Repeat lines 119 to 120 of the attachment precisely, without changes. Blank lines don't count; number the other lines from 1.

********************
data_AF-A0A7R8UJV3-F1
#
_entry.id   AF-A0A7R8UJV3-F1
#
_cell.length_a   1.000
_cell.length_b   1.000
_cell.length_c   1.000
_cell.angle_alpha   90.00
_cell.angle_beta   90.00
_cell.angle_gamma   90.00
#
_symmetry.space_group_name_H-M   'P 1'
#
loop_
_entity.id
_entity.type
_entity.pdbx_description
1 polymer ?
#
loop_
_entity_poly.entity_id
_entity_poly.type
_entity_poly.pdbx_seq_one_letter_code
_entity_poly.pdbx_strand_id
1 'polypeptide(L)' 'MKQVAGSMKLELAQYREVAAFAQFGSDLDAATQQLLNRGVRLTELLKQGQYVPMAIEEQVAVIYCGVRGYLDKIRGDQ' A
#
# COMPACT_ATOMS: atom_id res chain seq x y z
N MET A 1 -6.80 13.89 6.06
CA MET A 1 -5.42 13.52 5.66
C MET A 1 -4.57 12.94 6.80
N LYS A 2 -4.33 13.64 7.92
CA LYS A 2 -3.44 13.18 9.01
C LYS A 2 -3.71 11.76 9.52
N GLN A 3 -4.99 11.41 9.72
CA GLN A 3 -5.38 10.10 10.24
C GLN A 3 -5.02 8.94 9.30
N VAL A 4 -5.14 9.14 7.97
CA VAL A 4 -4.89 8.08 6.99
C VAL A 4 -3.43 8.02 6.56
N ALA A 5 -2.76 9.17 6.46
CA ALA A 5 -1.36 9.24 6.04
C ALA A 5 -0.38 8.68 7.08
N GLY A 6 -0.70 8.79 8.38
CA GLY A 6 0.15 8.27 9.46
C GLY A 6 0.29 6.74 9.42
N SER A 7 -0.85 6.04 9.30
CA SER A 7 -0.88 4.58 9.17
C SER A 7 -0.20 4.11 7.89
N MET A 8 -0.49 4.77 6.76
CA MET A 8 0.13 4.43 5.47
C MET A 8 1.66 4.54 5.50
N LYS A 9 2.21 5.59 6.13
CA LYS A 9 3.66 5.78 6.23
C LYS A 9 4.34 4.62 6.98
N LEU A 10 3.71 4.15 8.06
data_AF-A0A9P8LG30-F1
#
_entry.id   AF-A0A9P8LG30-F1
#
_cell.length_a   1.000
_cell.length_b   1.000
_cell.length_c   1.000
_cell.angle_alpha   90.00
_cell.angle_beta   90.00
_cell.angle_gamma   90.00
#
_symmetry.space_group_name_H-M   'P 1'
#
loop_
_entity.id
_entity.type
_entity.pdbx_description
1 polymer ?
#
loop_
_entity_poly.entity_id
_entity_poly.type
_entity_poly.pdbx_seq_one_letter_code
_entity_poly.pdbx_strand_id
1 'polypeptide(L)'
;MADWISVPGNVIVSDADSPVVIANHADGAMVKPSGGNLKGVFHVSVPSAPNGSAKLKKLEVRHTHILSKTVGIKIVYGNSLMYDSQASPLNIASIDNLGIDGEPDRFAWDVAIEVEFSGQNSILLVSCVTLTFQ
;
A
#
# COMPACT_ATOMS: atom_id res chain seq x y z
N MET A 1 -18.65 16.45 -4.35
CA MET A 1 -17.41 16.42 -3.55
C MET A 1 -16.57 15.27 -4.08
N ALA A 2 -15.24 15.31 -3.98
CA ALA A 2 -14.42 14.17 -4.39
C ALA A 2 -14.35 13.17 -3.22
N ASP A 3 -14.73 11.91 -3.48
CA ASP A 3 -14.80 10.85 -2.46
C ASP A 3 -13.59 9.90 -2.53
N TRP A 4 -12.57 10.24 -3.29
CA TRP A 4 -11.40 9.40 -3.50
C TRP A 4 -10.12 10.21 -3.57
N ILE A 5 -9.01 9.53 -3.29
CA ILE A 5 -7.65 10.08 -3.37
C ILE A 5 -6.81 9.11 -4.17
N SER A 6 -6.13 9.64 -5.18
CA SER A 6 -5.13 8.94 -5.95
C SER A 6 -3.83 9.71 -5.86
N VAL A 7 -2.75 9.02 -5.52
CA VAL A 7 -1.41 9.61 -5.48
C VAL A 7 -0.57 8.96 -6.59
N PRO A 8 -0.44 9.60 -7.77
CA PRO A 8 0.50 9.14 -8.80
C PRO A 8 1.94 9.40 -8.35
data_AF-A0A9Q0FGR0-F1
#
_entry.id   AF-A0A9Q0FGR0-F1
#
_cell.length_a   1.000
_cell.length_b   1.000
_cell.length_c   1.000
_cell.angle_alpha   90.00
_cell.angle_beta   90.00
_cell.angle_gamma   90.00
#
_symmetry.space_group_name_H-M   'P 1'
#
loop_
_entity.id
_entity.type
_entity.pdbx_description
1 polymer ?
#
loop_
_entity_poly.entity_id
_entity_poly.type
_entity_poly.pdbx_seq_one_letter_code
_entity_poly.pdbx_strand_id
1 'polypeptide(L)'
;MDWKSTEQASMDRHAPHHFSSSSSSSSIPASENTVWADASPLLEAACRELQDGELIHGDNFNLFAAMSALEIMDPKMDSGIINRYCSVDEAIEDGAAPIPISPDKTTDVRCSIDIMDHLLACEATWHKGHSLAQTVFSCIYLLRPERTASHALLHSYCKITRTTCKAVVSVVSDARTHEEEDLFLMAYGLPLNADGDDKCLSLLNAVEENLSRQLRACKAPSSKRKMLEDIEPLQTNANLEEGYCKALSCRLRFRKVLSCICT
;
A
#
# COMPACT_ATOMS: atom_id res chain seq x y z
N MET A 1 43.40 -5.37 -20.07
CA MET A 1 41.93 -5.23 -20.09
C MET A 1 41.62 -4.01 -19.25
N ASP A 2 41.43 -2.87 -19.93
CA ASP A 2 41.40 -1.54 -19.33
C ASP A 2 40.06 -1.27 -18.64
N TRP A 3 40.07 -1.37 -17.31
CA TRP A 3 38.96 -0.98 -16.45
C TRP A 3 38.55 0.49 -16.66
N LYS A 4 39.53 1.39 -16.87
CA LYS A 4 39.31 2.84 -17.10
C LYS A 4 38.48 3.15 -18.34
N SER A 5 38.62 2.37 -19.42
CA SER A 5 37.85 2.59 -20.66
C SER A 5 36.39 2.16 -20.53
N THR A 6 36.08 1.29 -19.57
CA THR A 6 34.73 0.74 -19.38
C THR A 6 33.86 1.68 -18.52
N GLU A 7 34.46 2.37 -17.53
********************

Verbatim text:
_cell.angle_gamma   90.00
#